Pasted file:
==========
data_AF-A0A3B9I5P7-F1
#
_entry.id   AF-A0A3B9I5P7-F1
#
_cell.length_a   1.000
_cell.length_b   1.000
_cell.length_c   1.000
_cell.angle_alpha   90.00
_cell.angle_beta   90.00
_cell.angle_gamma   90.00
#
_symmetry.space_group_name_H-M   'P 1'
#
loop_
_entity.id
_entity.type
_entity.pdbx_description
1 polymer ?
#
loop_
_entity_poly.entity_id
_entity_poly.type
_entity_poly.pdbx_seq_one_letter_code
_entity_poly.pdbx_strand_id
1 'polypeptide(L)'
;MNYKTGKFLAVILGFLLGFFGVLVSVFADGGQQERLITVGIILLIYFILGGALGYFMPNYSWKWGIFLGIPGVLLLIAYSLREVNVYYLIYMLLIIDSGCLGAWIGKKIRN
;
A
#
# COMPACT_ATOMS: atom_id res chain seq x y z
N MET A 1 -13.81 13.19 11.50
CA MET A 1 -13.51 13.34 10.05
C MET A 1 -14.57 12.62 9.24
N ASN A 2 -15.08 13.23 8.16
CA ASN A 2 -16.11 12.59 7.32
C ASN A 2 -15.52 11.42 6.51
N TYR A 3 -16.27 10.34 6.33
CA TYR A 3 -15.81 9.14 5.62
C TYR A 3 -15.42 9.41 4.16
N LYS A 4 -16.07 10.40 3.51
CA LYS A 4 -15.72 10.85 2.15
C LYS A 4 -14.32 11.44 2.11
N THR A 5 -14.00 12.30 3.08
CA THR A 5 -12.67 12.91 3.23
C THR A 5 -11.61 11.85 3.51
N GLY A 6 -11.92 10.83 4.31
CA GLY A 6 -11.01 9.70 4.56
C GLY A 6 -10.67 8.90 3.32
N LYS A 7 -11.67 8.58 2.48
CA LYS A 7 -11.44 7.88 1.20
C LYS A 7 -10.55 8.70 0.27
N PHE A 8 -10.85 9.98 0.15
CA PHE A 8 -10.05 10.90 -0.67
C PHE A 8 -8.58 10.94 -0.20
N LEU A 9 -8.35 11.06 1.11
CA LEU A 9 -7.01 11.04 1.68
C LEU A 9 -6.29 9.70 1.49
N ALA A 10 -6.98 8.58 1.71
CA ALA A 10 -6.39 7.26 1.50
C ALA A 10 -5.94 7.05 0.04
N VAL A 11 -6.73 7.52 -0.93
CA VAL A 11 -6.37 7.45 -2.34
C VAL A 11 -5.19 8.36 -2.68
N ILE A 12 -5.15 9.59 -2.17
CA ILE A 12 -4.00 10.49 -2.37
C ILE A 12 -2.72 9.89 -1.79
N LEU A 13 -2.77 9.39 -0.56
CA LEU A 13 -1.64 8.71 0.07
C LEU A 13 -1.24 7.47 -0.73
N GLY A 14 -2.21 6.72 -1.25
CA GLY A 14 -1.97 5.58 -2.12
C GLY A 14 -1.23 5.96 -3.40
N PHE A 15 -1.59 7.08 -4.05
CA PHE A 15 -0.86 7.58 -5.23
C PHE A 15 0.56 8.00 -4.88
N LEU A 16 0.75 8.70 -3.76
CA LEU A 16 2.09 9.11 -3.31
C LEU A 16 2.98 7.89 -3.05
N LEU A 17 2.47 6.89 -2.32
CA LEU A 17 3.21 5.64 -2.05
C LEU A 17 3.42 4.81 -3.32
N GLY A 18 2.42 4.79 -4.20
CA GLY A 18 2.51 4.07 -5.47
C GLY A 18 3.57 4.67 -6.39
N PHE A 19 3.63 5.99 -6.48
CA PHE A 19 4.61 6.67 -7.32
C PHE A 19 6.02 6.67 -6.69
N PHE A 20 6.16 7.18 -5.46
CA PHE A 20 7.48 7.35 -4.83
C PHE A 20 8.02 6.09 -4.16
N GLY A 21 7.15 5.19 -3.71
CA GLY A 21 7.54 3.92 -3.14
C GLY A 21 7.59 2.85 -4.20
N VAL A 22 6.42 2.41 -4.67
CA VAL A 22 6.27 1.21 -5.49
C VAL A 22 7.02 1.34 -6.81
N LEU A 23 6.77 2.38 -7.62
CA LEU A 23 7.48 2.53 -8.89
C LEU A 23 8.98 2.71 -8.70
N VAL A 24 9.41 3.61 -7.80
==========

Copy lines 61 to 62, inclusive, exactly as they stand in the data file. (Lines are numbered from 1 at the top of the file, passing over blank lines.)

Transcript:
N VAL A 11 -6.73 7.52 -0.93
CA VAL A 11 -6.37 7.45 -2.34